Andrez changed and trimmed the sails in many different configurations, eventually settling for goose-winged for the next 2-3 hours, the wind slowly moving towards the North, increasing a little.  As we passed between Mare Harbour and Lively Island we were sailing at 6-7 knots, continuing at this speed as we approached the Kelp Islands.  By this time the sun had gone, the wind was still increasing and rain and low cloud moving in from the North.

We spotted a boat coming from Stanley direction.  It was the tug Indomitable on her way back to Mare Harbour.  By now the wind was about 25 knots and still shifting from North to North East, and as we were turning more into the wind it was starting to put some water over the deck with a few big waves hitting right on the side.  We now had the swell from one direction and wind and waves from another.

As we approached the Wolf Rocks the wind was now right on the nose and we were slowed down and were only making between 1- 4 knots so we started the motor to help make some headway to try and make Stanley before dark.  We  decided to bear off a bit to make some speed, this took us a bit further out to sea off Cape Pembroke Light than we wanted, so we had to tack back in with several tacks, bearing off from time to time to make speed.

After many tacks in a very confused sea and lots of water over the deck, we were once again in between the Seal Rocks and the Light.  We moved slowly out of the bigger waves and into some shelter from the Tussock Island to our north west.  We were starting to make some speed at last, back up to 4-5 knots and 5+ as we passed between Kelly Rocks and the mainland.  I was on the radio to Janet whilst Andrez put in a long tack to the north side of Port William, then we made the final run to the Narrows.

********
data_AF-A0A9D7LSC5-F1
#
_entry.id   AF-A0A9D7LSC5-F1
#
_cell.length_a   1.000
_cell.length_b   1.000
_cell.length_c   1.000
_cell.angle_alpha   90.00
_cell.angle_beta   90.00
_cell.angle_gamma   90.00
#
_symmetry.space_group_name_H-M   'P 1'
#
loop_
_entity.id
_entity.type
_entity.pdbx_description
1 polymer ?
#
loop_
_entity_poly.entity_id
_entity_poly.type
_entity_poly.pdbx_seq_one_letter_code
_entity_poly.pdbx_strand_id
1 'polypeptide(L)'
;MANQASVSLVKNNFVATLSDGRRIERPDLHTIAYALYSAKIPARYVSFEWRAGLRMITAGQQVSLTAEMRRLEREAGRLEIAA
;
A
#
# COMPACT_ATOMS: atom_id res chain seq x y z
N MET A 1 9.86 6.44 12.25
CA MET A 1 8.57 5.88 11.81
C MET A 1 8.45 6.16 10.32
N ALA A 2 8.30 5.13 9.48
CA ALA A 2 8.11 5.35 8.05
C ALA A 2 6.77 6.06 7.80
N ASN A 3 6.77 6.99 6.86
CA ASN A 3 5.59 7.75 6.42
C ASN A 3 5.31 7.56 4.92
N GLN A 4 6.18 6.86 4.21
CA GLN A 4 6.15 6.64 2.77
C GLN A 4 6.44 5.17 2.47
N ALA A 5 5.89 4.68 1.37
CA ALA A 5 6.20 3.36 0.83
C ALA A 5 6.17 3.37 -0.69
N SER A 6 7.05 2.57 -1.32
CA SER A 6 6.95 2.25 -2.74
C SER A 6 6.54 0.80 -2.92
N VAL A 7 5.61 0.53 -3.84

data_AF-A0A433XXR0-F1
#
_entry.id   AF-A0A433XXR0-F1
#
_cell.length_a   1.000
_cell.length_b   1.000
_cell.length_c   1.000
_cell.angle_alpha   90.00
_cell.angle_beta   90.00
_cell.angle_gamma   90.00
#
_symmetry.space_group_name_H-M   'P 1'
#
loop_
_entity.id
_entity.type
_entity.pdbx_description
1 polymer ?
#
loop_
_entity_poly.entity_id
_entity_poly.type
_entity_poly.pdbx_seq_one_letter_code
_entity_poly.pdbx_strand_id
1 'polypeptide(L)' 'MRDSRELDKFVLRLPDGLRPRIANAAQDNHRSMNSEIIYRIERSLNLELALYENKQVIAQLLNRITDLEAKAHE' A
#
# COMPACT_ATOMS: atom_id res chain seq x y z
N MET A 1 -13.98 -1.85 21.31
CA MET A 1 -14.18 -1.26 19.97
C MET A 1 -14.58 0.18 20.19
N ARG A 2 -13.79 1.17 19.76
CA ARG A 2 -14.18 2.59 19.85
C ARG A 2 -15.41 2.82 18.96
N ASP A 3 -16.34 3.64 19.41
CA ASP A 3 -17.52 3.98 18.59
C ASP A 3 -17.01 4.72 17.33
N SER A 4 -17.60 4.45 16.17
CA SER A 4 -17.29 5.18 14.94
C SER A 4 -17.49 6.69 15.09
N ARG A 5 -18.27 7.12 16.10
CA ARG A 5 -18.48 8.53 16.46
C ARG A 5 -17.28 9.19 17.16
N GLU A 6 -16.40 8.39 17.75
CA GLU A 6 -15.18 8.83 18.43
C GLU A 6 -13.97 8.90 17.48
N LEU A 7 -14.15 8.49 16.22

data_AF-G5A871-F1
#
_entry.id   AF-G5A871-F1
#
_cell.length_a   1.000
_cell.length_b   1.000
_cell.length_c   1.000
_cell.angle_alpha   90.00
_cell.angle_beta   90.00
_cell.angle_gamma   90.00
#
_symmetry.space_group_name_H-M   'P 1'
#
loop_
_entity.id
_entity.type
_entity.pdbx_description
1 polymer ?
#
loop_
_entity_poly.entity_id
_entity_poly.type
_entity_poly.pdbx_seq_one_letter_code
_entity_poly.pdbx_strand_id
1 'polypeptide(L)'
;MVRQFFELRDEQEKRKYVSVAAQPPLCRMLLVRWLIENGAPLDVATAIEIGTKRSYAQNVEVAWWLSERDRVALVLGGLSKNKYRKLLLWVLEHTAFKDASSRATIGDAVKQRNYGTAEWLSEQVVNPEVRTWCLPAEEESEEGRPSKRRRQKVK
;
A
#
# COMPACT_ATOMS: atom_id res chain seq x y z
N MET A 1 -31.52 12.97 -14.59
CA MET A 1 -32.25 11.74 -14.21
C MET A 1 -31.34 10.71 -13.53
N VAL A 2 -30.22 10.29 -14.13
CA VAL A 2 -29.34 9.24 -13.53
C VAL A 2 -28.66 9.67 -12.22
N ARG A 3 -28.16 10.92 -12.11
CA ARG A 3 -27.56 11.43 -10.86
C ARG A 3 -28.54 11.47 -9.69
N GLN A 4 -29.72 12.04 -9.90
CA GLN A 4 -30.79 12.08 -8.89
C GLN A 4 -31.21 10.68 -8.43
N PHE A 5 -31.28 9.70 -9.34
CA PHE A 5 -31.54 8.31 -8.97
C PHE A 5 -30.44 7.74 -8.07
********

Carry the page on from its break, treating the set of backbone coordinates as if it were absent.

It was dark by now as we entered Stanley Harbour.  Andrez was having some trouble with the roller reefing so we put Beta Plus on auto pilot and slowed down with just enough power to keep the boat into the wind until we had all sails down and tied, then we moved up to the Public Jetty. Alison and Tom (Andrez’ family) just arrived in Stanley as we were tying up.  Andrez went off with them to get the fire going and their home warmed up.

It was 10.30pm when we were entering the harbour, the trip was 13 hours, the same as the trip out, and 63 miles on the log, 2 miles more than the outward journey.

Left the boat at the public jetty and went home.  The wind by this time was gone so was able to sleep well, but got up early in the morning to move the boat because a cruise ship was coming in and the tourists would need to use the Jetty.

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Cruising Choiseul Sound - Christmas 2004

Norton InletNorton1The Christmas holidays were a pretty windy time, but we managed a very relaxing few days in various anchorages.  After a pleasant hour’s sail from Goose Green, we started the motor and slowly made our way up Norton Inlet, relying on the chart plotter and depth sounder to guide us  in.  This was our first experience of putting our trust in this equipment in such close quarters.  The wind had fallen away and the water was clear and all went well with Janet standing at the bow just in case.  We decided to go as far into the Westerly arm of the creek as possible, anchoring in about 2 metres with a soft muddy bottom, position 51.50.928 S,  58.51.764 W.  It was a nice sheltered spot with good mullet fishing, some Red Backed Buzzards and lots of other bird-life.